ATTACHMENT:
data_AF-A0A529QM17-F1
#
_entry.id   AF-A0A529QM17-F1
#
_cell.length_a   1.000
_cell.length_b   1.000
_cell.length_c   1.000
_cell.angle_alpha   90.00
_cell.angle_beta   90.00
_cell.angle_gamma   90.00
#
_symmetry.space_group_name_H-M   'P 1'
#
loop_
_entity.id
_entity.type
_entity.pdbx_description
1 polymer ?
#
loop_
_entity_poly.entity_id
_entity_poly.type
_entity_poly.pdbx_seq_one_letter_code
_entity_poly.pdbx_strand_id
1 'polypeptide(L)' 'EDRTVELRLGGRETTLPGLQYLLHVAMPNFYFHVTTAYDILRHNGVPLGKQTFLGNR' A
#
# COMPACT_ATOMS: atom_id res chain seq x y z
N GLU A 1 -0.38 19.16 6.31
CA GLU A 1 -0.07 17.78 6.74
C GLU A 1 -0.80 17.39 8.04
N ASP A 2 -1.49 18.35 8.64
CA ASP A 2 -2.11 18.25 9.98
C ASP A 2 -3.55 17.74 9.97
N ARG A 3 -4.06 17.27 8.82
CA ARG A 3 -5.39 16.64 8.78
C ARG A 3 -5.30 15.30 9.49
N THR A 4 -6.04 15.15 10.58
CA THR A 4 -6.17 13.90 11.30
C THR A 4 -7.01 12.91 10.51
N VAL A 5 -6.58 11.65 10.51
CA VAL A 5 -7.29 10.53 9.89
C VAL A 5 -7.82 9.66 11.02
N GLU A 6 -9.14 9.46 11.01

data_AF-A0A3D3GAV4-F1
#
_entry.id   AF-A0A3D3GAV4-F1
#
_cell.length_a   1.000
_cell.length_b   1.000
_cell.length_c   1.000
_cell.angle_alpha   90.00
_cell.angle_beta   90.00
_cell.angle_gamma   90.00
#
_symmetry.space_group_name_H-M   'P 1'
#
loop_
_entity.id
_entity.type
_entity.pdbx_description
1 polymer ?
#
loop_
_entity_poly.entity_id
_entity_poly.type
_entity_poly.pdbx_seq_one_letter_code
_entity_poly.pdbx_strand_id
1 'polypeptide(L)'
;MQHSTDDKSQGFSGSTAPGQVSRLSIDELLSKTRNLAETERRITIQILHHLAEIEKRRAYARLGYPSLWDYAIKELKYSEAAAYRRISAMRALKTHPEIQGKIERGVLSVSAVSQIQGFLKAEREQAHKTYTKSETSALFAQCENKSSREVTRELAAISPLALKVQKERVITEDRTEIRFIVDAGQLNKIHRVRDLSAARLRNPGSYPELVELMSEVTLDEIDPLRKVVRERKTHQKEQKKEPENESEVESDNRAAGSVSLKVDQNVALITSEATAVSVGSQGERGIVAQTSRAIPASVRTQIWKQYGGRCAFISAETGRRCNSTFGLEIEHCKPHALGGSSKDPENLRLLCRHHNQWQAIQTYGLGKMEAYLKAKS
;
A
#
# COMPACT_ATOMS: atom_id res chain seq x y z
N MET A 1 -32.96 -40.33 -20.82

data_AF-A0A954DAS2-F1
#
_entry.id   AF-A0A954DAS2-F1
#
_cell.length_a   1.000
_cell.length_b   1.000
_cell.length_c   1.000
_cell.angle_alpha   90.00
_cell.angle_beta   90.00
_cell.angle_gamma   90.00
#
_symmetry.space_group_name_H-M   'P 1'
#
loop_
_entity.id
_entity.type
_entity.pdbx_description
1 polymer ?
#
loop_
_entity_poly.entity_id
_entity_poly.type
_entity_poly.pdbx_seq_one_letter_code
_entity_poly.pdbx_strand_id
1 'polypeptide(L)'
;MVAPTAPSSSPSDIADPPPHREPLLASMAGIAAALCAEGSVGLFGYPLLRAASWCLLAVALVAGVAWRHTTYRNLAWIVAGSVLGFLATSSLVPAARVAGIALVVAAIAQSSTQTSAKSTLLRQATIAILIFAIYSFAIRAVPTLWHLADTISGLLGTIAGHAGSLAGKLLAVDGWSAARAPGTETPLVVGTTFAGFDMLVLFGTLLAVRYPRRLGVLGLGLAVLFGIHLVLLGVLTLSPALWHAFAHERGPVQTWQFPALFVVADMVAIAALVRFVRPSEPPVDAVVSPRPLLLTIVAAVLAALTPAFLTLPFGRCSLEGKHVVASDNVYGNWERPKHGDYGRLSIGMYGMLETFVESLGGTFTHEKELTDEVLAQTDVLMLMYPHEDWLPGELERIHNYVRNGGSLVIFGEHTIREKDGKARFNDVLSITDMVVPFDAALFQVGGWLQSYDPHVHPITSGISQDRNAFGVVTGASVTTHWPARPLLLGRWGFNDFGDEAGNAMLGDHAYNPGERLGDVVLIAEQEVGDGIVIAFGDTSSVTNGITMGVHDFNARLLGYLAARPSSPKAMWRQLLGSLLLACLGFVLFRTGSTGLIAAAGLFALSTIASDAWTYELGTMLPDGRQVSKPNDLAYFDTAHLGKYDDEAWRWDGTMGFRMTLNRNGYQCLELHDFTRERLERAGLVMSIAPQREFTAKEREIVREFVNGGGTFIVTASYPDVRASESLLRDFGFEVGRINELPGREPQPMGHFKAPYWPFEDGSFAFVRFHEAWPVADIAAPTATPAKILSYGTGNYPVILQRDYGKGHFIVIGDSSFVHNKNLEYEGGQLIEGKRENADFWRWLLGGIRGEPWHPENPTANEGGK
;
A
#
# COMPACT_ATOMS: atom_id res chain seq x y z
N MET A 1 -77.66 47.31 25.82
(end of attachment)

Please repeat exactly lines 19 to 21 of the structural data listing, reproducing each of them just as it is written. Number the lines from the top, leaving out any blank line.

#
loop_
_entity_poly.entity_id